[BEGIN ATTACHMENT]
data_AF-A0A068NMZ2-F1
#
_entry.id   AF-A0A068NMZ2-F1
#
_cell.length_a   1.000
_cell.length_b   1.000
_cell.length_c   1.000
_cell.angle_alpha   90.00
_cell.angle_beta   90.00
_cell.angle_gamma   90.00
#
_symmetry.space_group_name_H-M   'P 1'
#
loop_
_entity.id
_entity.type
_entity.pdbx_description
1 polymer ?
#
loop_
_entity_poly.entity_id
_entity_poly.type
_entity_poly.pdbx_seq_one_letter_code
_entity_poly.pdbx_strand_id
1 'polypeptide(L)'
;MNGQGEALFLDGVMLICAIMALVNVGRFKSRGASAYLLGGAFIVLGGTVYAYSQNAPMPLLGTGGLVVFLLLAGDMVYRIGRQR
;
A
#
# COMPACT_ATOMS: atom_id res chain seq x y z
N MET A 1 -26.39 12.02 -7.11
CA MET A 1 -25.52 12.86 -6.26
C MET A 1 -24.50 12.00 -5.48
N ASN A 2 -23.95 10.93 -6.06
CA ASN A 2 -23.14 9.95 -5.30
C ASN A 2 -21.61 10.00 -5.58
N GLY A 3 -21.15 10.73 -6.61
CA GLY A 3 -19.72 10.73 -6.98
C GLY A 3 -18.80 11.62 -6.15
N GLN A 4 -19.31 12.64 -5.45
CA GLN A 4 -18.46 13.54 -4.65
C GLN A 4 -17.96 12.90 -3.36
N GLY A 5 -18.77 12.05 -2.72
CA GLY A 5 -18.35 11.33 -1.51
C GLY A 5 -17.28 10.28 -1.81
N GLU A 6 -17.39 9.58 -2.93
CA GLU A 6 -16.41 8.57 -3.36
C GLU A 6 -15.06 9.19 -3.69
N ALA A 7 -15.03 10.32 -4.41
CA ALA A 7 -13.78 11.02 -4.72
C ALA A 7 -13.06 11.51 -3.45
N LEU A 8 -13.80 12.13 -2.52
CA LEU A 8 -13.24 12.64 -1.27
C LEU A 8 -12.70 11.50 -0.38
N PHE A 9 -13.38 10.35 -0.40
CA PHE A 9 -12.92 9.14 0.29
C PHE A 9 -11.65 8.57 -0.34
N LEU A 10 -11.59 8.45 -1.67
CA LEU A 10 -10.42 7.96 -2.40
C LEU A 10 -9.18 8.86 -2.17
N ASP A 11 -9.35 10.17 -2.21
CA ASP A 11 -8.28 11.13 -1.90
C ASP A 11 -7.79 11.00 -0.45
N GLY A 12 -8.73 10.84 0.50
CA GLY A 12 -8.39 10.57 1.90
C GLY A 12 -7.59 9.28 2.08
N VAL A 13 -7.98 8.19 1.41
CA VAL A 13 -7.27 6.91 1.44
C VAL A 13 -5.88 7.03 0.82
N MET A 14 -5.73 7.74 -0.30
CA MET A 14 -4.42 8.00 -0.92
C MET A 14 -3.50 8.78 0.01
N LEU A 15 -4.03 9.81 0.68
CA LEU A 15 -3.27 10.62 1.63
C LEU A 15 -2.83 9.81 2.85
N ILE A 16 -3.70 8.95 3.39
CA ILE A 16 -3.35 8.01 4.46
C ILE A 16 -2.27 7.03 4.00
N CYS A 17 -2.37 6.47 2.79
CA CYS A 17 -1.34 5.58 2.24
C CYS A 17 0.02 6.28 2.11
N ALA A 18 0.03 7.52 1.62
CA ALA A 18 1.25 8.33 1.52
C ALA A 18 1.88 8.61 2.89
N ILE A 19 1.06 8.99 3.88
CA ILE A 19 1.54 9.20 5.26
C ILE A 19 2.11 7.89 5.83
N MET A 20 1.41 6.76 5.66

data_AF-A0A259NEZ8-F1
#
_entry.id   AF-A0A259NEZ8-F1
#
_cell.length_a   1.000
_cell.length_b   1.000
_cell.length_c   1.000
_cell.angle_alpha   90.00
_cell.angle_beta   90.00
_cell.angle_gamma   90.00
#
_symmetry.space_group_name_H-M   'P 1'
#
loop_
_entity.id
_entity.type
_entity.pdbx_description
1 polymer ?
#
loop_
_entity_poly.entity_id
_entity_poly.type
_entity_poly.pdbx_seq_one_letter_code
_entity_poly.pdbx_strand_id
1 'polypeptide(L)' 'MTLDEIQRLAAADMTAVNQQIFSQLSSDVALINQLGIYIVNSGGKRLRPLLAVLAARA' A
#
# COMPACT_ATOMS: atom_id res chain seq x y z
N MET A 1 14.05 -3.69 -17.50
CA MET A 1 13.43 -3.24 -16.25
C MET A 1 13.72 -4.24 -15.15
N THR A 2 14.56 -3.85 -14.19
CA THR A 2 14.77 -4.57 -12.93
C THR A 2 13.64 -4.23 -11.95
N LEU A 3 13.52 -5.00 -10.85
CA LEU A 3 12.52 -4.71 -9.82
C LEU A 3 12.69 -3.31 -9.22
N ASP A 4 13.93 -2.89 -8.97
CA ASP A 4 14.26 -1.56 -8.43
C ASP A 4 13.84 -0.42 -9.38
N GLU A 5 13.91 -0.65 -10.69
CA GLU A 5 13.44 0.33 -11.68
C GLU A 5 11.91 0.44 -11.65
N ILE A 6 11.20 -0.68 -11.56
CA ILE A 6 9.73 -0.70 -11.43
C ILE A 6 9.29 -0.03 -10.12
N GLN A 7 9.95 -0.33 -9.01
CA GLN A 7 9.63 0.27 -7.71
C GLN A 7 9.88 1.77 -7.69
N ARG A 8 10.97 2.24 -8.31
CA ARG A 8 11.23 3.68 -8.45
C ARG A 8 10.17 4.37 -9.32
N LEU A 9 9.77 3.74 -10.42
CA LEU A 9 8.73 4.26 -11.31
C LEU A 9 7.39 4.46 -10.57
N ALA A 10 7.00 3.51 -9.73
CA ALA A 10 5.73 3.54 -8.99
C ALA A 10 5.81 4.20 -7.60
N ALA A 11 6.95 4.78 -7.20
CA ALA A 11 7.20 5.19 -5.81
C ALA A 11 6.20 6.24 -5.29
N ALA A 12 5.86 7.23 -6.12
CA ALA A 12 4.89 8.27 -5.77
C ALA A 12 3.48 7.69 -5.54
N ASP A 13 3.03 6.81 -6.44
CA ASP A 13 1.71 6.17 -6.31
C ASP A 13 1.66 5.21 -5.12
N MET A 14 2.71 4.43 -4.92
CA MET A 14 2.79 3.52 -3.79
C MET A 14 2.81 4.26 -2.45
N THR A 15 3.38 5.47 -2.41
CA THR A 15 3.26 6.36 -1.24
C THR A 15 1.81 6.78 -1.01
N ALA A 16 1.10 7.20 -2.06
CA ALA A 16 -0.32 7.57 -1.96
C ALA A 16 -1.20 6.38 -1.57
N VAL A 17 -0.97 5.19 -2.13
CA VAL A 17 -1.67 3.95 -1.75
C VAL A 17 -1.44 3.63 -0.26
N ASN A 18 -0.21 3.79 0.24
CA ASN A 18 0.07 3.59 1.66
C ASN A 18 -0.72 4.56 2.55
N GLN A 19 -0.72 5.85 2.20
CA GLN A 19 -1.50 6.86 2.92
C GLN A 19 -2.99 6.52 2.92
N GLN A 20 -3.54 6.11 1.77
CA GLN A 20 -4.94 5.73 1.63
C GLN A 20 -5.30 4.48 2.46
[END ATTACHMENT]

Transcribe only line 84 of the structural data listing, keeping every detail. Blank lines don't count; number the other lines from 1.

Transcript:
C ALA A 18 1.88 8.61 2.89